Swing - Hudson profiles as a bit of a slap hitter. He tends to come in too strongly with his top hand, which elevates his front shoulder and dirties his swing plane (at minimum flattening it), along with sapping some power. When he leads with his bottom hand, his swing is much more fluid and he is better positioned to make more consistent hard contact. There should be more emphasis on torque in his lower half, as his upper body has a tendency to throw him off balance. This results in less bat control and will affect his ability to stay on advanced pitching in the future.

Contact - He is inconsistent in his contact, sometimes coming in with too much weight up front and hitting off his lead foot. Other times, his upper body comes through too quickly (maybe over-swinging?) and his weight gets way back in his body. Rather than a perpendicular line from helmet to knee, Hudson is closer to 60-degrees. When coupled with a leading top hand, this could again be an obstacle to consistent hard contact against advanced pitching. Still other times, Hudson reverts more of a "slap" approach, throwing the bat head at the ball rather than attacking with a forceful plane. The Orioles will work to normalize his approach and get him into a more consistent routine from load to contact. This may be as simple as getting Hudson to do the reps in BP -- something that was likely cut into by the demands of his football commitment. Though he's a bit all over the place right now, there are enough "adequate" swings to give hope that a consistent professional hitter is buried in there.

Follow-Through - Again, Hudson is inconsistent. He finishes way up when he leads with his top hand. His flat swing lifts almost right at contact, taking force off of the swing and preventing him from maximizing his potential to drive the ball. The follow-through on his "slap" swings is short and tight in the upper body. Occasionally, he finishes with a nice clean stroke -- both one-handed and two-handed. As the rest of his mechanics are ironed out, his follow-through should fall into place.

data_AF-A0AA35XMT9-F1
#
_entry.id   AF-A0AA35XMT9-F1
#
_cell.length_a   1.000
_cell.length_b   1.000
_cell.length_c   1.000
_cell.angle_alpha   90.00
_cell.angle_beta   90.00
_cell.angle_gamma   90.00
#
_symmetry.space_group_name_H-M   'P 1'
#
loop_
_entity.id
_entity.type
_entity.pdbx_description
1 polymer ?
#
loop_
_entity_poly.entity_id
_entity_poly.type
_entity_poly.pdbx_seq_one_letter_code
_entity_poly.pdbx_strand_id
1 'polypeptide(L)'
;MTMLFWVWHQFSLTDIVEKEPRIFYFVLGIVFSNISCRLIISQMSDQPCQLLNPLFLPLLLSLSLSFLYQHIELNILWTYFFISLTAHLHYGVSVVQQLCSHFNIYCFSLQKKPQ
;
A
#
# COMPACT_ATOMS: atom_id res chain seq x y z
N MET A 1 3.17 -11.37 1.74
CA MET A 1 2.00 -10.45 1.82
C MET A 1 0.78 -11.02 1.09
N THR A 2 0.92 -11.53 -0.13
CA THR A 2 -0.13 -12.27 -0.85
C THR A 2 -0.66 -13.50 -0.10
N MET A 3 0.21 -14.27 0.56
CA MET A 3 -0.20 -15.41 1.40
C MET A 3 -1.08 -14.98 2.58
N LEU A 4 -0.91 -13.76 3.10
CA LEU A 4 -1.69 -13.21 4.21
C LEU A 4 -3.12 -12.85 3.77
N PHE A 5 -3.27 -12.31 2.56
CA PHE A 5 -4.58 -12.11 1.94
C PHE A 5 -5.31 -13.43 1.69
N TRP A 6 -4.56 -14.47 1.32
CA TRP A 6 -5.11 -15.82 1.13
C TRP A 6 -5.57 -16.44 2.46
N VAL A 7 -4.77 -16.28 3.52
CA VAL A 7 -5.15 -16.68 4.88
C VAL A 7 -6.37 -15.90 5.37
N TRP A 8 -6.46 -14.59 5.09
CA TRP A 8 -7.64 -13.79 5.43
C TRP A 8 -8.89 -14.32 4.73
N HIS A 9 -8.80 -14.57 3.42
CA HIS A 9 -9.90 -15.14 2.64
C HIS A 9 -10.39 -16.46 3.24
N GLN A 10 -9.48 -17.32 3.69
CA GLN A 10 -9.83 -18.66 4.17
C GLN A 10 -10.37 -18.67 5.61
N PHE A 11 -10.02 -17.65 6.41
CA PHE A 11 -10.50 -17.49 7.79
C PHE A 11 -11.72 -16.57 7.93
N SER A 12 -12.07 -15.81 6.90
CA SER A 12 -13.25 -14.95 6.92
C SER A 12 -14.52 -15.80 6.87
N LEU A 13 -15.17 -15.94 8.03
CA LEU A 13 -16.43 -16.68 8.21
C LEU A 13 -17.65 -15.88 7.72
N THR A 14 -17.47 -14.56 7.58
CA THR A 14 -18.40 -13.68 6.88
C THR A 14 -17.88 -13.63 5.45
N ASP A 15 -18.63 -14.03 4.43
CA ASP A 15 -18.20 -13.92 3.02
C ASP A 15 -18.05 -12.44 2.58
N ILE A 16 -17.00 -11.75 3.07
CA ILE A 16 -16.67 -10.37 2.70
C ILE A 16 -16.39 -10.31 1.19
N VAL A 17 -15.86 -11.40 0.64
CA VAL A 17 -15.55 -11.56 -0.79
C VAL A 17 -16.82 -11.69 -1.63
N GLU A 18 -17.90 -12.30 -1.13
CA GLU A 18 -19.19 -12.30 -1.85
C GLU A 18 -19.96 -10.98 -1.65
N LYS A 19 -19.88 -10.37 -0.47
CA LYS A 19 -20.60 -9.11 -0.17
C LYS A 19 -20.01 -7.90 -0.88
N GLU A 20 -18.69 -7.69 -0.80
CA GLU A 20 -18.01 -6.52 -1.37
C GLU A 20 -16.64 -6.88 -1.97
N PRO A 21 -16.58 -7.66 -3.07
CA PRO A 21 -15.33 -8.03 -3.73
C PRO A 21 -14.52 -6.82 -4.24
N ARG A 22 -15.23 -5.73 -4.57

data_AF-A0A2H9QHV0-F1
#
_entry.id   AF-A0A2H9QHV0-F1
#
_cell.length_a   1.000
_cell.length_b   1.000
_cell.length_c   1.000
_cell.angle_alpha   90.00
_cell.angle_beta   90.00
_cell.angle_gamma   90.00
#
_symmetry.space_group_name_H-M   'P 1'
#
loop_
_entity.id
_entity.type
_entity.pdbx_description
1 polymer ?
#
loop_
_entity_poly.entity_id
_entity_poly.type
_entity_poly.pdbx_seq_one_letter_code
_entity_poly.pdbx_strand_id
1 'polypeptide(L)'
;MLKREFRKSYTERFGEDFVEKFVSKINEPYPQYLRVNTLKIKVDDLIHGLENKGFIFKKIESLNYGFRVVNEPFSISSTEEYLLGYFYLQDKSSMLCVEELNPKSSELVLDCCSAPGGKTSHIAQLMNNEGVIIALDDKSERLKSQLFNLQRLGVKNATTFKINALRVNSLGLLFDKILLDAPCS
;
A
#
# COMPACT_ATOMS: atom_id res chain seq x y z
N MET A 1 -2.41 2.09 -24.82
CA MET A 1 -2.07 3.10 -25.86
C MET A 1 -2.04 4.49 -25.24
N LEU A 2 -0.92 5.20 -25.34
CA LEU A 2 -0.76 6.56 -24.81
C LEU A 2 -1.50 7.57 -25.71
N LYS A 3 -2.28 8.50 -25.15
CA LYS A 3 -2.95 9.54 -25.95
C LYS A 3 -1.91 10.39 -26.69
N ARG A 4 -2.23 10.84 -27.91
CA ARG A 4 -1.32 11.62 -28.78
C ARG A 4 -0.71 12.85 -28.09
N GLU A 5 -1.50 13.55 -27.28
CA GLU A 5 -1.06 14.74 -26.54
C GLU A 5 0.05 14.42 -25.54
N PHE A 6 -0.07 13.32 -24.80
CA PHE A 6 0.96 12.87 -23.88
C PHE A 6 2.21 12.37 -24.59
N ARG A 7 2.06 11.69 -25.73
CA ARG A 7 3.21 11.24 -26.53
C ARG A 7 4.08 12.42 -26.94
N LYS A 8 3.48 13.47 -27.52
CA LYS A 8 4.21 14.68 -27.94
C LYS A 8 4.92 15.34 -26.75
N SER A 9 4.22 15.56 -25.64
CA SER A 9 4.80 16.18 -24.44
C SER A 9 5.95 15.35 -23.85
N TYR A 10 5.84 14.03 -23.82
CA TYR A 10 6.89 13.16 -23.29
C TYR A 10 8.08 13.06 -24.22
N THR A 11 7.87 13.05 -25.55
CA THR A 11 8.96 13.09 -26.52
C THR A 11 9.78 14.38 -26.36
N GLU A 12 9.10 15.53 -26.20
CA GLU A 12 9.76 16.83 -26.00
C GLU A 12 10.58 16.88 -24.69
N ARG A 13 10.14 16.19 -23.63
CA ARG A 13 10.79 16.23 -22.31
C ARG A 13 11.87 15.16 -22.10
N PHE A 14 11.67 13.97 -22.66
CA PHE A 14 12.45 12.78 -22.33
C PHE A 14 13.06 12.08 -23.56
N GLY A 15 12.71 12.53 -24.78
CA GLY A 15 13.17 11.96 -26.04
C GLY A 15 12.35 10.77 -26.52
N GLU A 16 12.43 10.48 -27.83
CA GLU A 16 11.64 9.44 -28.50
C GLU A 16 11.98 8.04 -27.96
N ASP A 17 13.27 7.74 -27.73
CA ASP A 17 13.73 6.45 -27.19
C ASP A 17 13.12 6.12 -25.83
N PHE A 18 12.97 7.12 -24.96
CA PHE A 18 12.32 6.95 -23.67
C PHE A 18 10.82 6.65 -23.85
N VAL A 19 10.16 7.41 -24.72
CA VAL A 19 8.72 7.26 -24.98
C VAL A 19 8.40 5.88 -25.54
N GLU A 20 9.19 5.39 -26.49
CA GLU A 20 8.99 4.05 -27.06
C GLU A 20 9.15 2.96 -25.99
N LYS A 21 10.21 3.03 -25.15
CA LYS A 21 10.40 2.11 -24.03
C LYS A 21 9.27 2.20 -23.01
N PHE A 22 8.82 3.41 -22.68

Swing Grade - C-

As you might expect from a wide receiver, Hudson tracks the ball very well. He takes solid routes and his plus-plus speed is an incredible asset in the field. He is capable of covering ground from gap-to-gap, and his ability to close quickly on base hits helps to prevent base runners from taking advantage of his below-average arm strength. Though his arm leaves something to be desired, his speed and reads would likely be wasted in LF. He should be a solid option in CF with the potential to save a fair number of extra-base hits in the gap.

Fielding Grade - B

Stotle's Notes
Hudson does not have the raw talent of Xavier Avery, and he is closer to fully-baked, limiting his ceiling a bit. Still, it will be interesting to see what happens now that he is devoting himself exclusively to baseball. His first 18 months in the organization will be telling. If everything starts to fall into place, Baltimore could have the makings of a future lead-off hitter with solid defense in the 8-spot. Even if his batting does not fully develop, he has the potential to carve out a 4th or 5th outfield spot on the merits of his defense and base running, alone. This is a decent high-upside pick, again heavily dependant on the ability of the Orioles low-minors system to lay the groundwork and begin the development of a player currently more athlete than baseball player.

Prospect Grade - C+
ETA - 2012

Next Up:
FRI 6/27 - Rick Zagone